The rise of COVID-19 has had endless effects on industries of all forms. Brick-and-mortar retailers have finally been forced to take up digital operations or close their doors for good; hair and beauty has taken an enormous hit and the medical field are once again the unsung heroes of our decade.
But beyond the obvious outcomes of coronavirus, our behaviour as humans is shifting and changing as we make do with social distancing regulations and new consumer methodologies. How we're used to shopping has completely moved, and how brands have had to target their prospects takes a whole new level of strategic thinking.
One of the biggest fluctuations in online behaviour – aside from eCommerce – has been the changing pace of social media engagement. Some of the data has been surprising, while other figures only further emphasise the need for a solid digital marketing strategy on these channels.
Several sources are indicating that engagement rates across platforms like Facebook, Twitter, Instagram and LinkedIn fluctuated over the last few months, depending on industry type. Essentially, there was no one definitive trend across social media user behaviour.
According to Rival I.Q., for example, analyses during March showed that engagement rates were down across more than 14 primary industries. Of these, fashion, hotels and resorts took the biggest hit – of which we could only expect. On the other hand, higher education and even non-profit organisations managed to survive the downfall.
Fast-forward to April and things surprisingly changed: engagement rates across the board are some of the highest monitoring organisations have seen. Beyond this, the frequency of posts has decreased across sectors, but industries like accommodation and alcohol are starting to make a comeback. And at the bottom of the barrel? Sports teams.
If green figures are lighting up your analytics and dashboards, there's reason to celebrate – but not too hard. It's important to understand why and where this behaviour is occurring, and how to reap the benefits of it before it's too late. After all, we'll eventually fall back into the regular routine of heading to work as we take up former lifestyles again – social media behaviour will change again at some point soon.
For those that have mixed up their strategy or even posted less, but seen a rise in user interaction, there is an explanation for it. Here are the top considerations to keep in mind when it comes to coronavirus and current social media usage.
There's always that one guy on LinkedIn that posts a number of times a day; you can almost predict precisely when it's going to pop up, too. And while it's all well and good to be present and active on these platforms, it's crucial to maintain balance and space – you can't miss someone when you constantly see them, for example.
In the first few months of 2020, Rival reported that social media engagement had taken a big hit overall. By the fourth month, however, this trend exploded, and frequency started to balance out to a median rate of posts at three a week. Compare this to the former median of four posts a week before March.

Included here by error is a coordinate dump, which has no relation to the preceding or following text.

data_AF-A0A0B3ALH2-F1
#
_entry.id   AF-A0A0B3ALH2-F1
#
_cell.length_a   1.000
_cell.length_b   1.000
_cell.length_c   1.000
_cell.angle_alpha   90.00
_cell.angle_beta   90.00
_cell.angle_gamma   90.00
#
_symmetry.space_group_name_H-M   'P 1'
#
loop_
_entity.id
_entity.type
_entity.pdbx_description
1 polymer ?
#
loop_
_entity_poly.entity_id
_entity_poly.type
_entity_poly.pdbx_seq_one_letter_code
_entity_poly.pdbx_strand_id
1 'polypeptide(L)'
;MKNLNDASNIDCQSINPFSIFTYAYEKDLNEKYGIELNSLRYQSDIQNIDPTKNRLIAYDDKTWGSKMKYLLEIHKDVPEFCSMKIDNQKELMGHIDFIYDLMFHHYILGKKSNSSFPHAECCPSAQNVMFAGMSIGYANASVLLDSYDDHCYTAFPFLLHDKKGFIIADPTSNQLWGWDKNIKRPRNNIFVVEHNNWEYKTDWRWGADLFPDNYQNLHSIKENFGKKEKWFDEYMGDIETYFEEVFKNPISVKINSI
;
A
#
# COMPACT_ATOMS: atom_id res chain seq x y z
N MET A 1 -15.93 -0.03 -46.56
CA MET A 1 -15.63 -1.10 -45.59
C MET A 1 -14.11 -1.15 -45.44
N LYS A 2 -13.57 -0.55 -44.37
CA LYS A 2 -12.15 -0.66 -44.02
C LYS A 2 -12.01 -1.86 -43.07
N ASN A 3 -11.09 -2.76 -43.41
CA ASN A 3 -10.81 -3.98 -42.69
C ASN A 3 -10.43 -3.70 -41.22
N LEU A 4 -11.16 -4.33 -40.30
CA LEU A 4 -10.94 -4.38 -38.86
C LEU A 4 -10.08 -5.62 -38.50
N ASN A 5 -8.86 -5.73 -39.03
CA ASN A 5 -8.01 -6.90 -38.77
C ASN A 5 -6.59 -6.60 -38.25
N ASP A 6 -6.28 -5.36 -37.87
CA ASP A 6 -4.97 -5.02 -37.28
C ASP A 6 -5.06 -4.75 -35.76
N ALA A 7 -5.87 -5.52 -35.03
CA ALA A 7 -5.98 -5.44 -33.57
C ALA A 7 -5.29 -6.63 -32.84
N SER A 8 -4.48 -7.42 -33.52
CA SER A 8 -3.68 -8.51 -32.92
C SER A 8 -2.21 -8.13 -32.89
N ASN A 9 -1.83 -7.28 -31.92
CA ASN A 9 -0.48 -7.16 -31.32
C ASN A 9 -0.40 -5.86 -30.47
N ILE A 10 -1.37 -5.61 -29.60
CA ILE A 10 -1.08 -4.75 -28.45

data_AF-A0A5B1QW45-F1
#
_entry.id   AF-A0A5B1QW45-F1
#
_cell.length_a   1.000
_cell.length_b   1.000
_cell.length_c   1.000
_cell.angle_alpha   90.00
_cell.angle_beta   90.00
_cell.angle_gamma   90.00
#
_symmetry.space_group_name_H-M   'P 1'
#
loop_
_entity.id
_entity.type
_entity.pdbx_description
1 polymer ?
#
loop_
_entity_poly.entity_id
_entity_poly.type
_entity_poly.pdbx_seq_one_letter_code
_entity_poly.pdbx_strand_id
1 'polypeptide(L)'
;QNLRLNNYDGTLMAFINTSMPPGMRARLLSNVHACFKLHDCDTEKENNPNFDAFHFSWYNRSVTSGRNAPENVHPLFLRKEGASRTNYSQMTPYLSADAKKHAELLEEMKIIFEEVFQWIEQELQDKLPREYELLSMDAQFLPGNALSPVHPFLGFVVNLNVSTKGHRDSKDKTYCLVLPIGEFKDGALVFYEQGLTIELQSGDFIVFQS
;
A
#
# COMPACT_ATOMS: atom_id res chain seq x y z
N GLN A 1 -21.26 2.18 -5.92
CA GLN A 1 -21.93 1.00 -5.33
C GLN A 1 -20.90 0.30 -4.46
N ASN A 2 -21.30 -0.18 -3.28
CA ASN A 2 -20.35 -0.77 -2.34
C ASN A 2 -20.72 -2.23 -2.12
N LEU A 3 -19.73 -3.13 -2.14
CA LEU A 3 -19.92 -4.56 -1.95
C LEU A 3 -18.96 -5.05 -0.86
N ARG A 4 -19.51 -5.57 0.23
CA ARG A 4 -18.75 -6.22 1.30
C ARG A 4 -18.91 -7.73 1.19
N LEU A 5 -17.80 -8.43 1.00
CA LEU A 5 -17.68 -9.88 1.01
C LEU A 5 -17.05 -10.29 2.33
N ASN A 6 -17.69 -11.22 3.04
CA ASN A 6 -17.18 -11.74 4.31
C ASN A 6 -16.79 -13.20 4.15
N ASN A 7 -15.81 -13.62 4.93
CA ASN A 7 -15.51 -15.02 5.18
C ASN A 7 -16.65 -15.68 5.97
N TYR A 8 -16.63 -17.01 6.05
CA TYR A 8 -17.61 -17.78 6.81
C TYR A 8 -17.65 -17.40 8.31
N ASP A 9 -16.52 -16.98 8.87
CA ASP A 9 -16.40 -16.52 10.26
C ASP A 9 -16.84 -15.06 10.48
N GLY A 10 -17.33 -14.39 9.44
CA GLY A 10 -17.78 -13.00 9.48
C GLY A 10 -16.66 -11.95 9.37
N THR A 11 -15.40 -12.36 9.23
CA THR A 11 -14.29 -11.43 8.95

So what was the result? It was actually reported that engagement rates went up after post frequency trended downwards. Ultimately, we can attribute this to the fact that these platforms are designed to serve up like-minded posts to users. If a company constantly publishes throughout the week, they're less likely to hit the same target audience – A.K.A. no one likes a spammer, and these channels don't advocate it either.
All in all, our best tip is to cut down on your posts if you have a trigger-happy mindset, and assess whether a change in frequency has a positive impact on your engagement rates.
Frequency aside, there’s no point investing time and effort into working out how few and far between your updates need to be if you’re not generating quality-driven content in the first place. Your analytics won’t see any positive influences if what you’re putting out there to the world doesn’t resonate – and that’s always been the case.
When marketers spend more time fixing up what they’re eager to publish, the result is a well-polished piece of content that sparks user attention. No one wants to invest their time and energy into a brand that doesn’t give that in return, so sitting down and really putting in the hard yards is always worth it.
During the pandemic, we’ve seen professionals working from home dedicate more time to personal branding and overall content efforts. Articles, graphics and various other formats have been more enlightening – filled with substance and designed to inspire. This is exactly all industries have been missing to date, and we’re finally seeing dedication and determination rise to prominence.
Key take-away point here: spend more time on what you’re creating and see the difference it makes to user behaviour.
Like all contenders, there are always winners. COVID-19 has been a game-changer for digital platforms, some snatching the jackpot while others lose out. So here's who rose to domination and who saw a decline.
If there’s anything we know for certain during this time of, well, uncertainty, it’s that there’s bound to be another set of changes we don’t expect. It’s unlikely Twitter will see a downfall in user engagement, but while brands continue to adopt digital marketing efforts, competing for target audience attention will become harder.
So where to from here? It’s important that brands looking to reap the advantages of these trends adopt a solid online strategy that reflects them. From pinpointing prime time for users on various channels, through to remaining relevant in a time where you seemingly feel you aren’t – now’s your chance to pave new paths.
If you’re looking to implement social media marketing to help your business recover from COVID-19, we recommend getting in touch with the team at Edge for a no-obligation discussion.